With the election posters starting to go up again over the past week or so, the Zoutpansberger started receiving complaints from residents about election posters' being placed on road traffic signs, especially on the N1.
Date: 24 September 2021 By: Andries van Zyl
With the 2021 municipal elections around the corner on 1 November, the war of words between politicians vying for the support of voters has erupted once again. So too did the poster war, with political parties jostling for the best spots to catch voters’ eyes.
Unfortunately, the poster war normally ends up in an information overload, with posters being erected on anything that stands upright. Whether through ignorance or arrogance, some political parties do not seem to play by the rules, especially regarding the illegal practice of placing election posters on road-traffic signs.
With the election posters starting to go up again over the past week or so, the Zoutpansberger started receiving complaints from residents about election posters' being placed on road traffic signs, especially on the N1. This is an issue that this newspaper has reported on numerous times in the past.
The placement of election posters on road traffic signs is prohibited and is regulated by the South African National Road Agency Limited and National Roads Act, Act 7 of 1998, and its regulations.
According to the National Roads Act, a “poster” is, among other things, defined as any placard announcing the candidature of any person nominated for election to parliament, local government or any similar body. Regarding this, Regulation 24 of the Act on Outdoor Advertising relating to sidewalk posters and notices states that such a poster may be displayed only in an urban area of partial or minimum control. No person may erect a sidewalk poster or notice without first obtaining the written approval of the relevant municipality, in this case the Makhado Municipality.
Most importantly, Regulations 24 states that these posters can only be displayed on an electric light standard or other structure that is provided for the express purpose of pasting or affixing the poster or notice. It may not be attached or affixed to a road traffic sign or a signal, wall, column or post of a veranda or balcony, electric box, tree or bridge. Interestingly, the regulation also states that, in the case of election or referendum campaigns, no more than three posters per light post or standard will be allowed. These election posters may also not be put up before the date of the election has been gazetted and must be removed no later than 14 days after the election. Posters may also not be displayed on the road reserve boundaries or freeways.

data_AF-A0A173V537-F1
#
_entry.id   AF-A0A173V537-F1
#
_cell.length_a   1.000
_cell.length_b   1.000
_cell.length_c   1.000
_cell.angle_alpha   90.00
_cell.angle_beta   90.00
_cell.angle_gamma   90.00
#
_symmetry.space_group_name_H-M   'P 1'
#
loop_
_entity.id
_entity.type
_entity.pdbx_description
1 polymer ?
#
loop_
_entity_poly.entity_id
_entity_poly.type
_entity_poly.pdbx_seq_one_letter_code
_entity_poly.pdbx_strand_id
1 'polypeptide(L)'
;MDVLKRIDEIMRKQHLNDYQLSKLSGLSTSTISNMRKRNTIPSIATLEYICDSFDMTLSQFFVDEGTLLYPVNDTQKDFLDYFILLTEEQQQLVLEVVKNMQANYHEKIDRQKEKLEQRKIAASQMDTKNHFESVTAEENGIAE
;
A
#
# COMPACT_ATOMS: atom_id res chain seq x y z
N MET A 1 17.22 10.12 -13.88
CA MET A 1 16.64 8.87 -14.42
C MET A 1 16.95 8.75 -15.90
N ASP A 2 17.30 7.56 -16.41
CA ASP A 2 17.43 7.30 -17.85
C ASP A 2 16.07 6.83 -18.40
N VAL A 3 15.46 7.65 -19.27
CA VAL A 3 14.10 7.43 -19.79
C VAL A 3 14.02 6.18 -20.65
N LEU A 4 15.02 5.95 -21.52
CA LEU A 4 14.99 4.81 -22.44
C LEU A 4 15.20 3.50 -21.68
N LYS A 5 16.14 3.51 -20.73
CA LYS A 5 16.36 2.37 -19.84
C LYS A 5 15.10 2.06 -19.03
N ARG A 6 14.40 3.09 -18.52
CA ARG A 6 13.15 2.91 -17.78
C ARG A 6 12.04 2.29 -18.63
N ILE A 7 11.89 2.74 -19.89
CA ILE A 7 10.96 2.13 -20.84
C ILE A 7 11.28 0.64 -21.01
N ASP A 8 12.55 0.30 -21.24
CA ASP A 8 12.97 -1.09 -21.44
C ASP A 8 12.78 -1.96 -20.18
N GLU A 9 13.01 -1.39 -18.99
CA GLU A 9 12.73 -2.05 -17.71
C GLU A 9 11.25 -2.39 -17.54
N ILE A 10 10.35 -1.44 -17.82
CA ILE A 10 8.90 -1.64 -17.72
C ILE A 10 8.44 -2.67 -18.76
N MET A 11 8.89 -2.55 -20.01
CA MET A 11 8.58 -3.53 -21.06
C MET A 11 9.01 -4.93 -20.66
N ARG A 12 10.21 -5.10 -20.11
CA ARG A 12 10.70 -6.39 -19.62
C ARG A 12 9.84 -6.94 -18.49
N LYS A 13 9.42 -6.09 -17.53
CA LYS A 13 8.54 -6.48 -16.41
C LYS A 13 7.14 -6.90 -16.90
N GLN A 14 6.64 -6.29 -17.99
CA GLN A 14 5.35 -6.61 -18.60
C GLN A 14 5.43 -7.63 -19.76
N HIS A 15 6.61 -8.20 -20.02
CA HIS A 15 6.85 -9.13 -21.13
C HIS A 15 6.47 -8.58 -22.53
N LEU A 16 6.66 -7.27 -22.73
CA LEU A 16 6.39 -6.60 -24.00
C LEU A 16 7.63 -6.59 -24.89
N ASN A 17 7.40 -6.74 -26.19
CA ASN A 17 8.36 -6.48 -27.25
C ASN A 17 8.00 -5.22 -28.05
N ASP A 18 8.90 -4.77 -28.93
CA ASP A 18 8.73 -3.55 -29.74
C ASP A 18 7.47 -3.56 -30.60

Judging by the stipulations of the Act, some political parties could clearly not care less about legislation. The Zoutpansberger asked SANRAL as responsible authority for the N1 and the Makhado Municipality for comment about the illegal activity.
SANRAL responded that the status quo remained regarding political parties’ having to get permission from the local municipality to put up election posters. The company stated that they were allowed to remove posters if they obscured, created confusion, or interfered with the functioning of traffic signs. “In terms of road safety and traffic considerations Regulation 6 (1)(d), no advertisement may be attached to traffic signs, combined with traffic signs (unless specifically authorised by the National Road Traffic Act), obscure traffic signs, create confusion with traffic signs, interfere with the functioning of traffic signs or create road safety hazards,” SANRAL stated.
In some cases, the Minister of Transport may relax legislation to allow political parties to put up election posters on traffic signs. “SANRAL has not received a letter from the Minister of Transport to relax the conditions regarding the placement of political posters on road traffic signs,” stated SANRAL.
No feedback was received from the Makhado Municipality, other than municipal spokesperson Mr Louis Bobodi’s indicating that he was trying to get information. The newspaper wanted to know from the municipality, among other things, which political parties had applied and been granted permission to put up election posters, whether these illegal poster would be removed and whether a political party could be fined for contravening the regulations of the National Roads Act.
Andries joined the Zoutpansberger and Limpopo Mirror in April 1993 as a darkroom assistant. Within a couple of months he moved over to the production side of the newspaper and eventually doubled as a reporter. In 1995 he left the newspaper group and travelled overseas for a couple of months. In 1996, Andries rejoined the Zoutpansberger as a reporter. In August 2002, he was appointed as News Editor of the Zoutpansberger, a position he holds until today.